In this sense, the experiences documented here diverge from findings within classic studies of ‘procedural justice’ (e.g. Tyler 1980, 2003) which suggest that the key factor shaping perceptions of the actions of the legal apparatus relates to the ‘fairness of the processes used when dealing with them’ (Tyler 2003: 283). Such theories indicate that people are ‘not so much concerned with the outcomes they receive in encounters with authorities […] [than with] the fairness of the procedures and the interpersonal treatment they receive in these encounters’ at the system level (Beijersbergen et al. 2015: 198). However, when the stakes are as high as two or three decades of incarceration, the consideration of process seems likely to be trumped by assessments of the law itself and the outcomes it generates.

  6. 6.

    ‘Basic’: the lowest level of the system’s incentives and earned privileges scheme (‘basic’, ‘standard’ and ‘enhanced’).

  7. 7.

    Our analysis helps account for why disciplinary infractions tend to be more common during prisoners’ initial sentence stages (see, e.g., Toch and Adams 1989).

  8. 8.

    Such experiences fall within the DSM-V clinical diagnosis of both acute stress reaction (cf. Bryant et al. 2015) and post-traumatic stress disorder (cf. Pai et al. 2017).

  9. 9.

    Notably too, some participants reported having been forcibly medicated in their early sentence phase, seemingly as a means of managing their behaviour rather than treating a specific diagnosis. Nathan (30s, mid) described being ‘fed drugs’ as a means of securing his compliance (‘They just […] medicate you, until you’re not a problem anymore’), while Carly (30s, post-tariff) identified her experience of being medicated on Largactil—an anti-pscychotic drug—as a standard institutional response at that time to those with long-life sentences (‘back then, if you’ve come in for a big sentence, [the response was] “Just drug ‘em up”, kind of thing. And that was just normal’).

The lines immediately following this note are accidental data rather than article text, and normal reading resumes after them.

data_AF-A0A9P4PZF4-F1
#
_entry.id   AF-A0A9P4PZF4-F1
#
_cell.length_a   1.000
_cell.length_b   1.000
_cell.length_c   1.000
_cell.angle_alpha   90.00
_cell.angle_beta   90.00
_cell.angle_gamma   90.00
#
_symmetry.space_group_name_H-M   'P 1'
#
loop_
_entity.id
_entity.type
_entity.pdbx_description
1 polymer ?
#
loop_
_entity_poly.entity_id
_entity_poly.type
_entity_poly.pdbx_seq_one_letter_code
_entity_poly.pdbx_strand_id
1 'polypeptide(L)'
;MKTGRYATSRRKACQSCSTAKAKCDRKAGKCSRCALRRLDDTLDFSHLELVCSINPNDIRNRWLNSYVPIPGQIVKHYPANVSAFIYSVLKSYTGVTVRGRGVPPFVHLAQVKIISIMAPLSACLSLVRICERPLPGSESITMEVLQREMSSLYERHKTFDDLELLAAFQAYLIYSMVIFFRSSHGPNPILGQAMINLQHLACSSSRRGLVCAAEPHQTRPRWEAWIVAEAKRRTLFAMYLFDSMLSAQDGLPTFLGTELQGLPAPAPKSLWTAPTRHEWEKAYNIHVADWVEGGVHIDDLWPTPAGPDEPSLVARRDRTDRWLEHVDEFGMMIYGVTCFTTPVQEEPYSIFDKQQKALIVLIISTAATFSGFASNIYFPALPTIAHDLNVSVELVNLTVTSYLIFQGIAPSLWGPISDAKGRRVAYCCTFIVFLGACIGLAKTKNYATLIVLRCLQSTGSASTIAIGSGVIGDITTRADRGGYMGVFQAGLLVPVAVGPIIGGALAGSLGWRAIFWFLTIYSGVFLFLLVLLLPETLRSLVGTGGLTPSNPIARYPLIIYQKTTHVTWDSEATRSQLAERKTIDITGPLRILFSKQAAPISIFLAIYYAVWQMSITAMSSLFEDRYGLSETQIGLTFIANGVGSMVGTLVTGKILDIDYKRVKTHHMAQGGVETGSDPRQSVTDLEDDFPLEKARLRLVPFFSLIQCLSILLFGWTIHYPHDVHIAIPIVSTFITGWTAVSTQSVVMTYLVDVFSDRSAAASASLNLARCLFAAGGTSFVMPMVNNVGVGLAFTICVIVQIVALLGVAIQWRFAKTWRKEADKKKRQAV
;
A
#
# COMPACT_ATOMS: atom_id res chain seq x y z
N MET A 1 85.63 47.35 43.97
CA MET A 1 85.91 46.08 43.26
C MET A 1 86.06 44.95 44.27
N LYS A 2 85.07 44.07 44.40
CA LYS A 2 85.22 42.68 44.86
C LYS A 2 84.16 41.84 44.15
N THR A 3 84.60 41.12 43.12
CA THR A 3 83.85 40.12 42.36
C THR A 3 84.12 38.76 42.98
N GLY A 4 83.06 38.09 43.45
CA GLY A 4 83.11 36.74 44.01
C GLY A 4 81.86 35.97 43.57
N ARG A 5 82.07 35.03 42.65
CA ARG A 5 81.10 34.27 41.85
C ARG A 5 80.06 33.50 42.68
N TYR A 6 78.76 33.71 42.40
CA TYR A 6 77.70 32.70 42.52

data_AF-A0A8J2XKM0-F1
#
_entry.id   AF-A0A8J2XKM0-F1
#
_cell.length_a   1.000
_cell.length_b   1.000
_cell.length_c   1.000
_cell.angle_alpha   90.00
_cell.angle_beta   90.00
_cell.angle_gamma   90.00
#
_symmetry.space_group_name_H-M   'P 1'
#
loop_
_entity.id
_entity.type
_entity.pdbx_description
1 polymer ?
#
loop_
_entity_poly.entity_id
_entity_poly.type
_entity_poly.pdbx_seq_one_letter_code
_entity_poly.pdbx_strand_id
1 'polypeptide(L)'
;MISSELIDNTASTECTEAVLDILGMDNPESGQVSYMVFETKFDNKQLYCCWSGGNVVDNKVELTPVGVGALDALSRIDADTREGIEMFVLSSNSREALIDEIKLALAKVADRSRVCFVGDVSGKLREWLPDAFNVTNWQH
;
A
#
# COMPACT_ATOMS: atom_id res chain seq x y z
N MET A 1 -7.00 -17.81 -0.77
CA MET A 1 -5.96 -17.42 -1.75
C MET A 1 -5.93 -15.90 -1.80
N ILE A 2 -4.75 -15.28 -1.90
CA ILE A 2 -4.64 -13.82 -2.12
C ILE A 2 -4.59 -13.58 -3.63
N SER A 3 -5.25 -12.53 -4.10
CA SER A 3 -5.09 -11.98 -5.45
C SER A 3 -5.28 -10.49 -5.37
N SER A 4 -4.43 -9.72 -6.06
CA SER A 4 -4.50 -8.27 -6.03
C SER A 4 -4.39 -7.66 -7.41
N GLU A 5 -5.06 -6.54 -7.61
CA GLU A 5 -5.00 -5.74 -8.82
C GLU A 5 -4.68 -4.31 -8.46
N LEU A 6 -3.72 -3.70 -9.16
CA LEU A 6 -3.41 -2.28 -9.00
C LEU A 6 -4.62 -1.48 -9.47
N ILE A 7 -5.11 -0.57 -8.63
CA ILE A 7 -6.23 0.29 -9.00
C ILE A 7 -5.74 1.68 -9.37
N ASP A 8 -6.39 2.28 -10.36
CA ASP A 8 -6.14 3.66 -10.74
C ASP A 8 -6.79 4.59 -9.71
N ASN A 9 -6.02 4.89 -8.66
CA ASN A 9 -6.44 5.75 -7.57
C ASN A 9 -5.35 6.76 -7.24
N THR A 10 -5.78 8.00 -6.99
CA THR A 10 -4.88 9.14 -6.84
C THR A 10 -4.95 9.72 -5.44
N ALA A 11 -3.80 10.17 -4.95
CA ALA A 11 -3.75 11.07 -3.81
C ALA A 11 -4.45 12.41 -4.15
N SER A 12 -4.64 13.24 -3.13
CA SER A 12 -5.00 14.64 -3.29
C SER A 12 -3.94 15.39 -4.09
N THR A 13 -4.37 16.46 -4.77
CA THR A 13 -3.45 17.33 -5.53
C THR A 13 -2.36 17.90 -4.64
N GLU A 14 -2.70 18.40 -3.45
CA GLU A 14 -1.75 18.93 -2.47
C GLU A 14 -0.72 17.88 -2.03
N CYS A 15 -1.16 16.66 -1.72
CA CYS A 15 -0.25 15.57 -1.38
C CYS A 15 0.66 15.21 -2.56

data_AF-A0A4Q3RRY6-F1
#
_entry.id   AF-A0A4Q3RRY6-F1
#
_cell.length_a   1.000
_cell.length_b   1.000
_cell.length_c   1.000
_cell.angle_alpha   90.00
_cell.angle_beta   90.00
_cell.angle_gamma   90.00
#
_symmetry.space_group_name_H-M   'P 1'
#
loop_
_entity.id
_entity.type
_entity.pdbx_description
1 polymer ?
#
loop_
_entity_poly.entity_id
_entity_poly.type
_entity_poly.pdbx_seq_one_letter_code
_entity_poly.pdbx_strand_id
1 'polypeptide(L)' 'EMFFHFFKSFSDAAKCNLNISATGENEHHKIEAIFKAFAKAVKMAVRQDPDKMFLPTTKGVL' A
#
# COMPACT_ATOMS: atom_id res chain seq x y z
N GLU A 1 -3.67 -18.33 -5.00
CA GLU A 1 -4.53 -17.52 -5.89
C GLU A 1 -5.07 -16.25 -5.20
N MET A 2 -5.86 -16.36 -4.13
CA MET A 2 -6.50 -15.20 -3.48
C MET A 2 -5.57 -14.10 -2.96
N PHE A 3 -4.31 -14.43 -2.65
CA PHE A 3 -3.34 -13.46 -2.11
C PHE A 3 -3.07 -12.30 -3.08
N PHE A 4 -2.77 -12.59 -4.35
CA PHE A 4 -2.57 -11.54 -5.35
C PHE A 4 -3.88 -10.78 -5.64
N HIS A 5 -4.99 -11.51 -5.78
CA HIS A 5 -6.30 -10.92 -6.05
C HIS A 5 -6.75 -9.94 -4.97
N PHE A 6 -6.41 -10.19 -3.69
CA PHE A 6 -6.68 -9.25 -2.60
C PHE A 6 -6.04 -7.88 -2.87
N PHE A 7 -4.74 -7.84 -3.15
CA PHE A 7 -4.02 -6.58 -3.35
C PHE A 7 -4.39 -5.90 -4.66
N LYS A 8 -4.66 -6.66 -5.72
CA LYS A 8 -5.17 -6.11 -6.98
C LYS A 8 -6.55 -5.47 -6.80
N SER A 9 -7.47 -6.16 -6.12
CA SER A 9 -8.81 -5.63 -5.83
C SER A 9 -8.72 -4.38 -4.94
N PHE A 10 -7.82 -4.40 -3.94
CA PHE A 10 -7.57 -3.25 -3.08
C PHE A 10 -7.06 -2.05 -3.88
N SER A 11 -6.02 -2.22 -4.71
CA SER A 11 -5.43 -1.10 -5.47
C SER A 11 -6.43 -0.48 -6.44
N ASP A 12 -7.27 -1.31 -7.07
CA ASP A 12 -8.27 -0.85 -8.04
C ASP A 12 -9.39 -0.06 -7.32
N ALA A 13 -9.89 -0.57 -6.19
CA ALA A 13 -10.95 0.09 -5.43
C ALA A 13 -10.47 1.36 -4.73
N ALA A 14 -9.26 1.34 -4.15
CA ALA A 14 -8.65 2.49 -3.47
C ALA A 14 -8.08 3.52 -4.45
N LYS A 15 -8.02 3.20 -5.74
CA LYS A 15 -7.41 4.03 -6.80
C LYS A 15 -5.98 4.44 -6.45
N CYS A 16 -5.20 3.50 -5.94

10. 10.

    A much wider group of participants ‘dabbled’ in such activities in minor ways, but here, our discussion is about more committed involvement in sub rosa activity.

  11. 11.

    ‘On road’ or ‘on the road’: outside prison, often indicating a criminal lifestyle.

  12. 12.

    This was comparatively high compared to those further on in their sentence, with only 24% of those in the second third of their sentence and 14% in the final third of their sentence currently appealing. At the post-tariff stage, only 5% were appealing at the time of the study. At least part of this disparity can be explained by the fact that many of those beyond the mid-point of their tariff had already exhausted the options for appeal at an earlier point in their sentence, or no longer saw the point in appealing once they had served a number of years.

  13. 13.

    As we noted in Chapter 2, however, 191 men and women who met the criteria for our study had been transferred to secure psychiatric hospitals during the course of their sentence.

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Crewe, B., Hulley, S., Wright, S. (2020). The Early Years. In: Life Imprisonment from Young Adulthood. Palgrave Studies in Prisons and Penology. Palgrave Macmillan, London. https://doi.org/10.1057/978-1-137-56601-0_4

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  • DOI: https://doi.org/10.1057/978-1-137-56601-0_4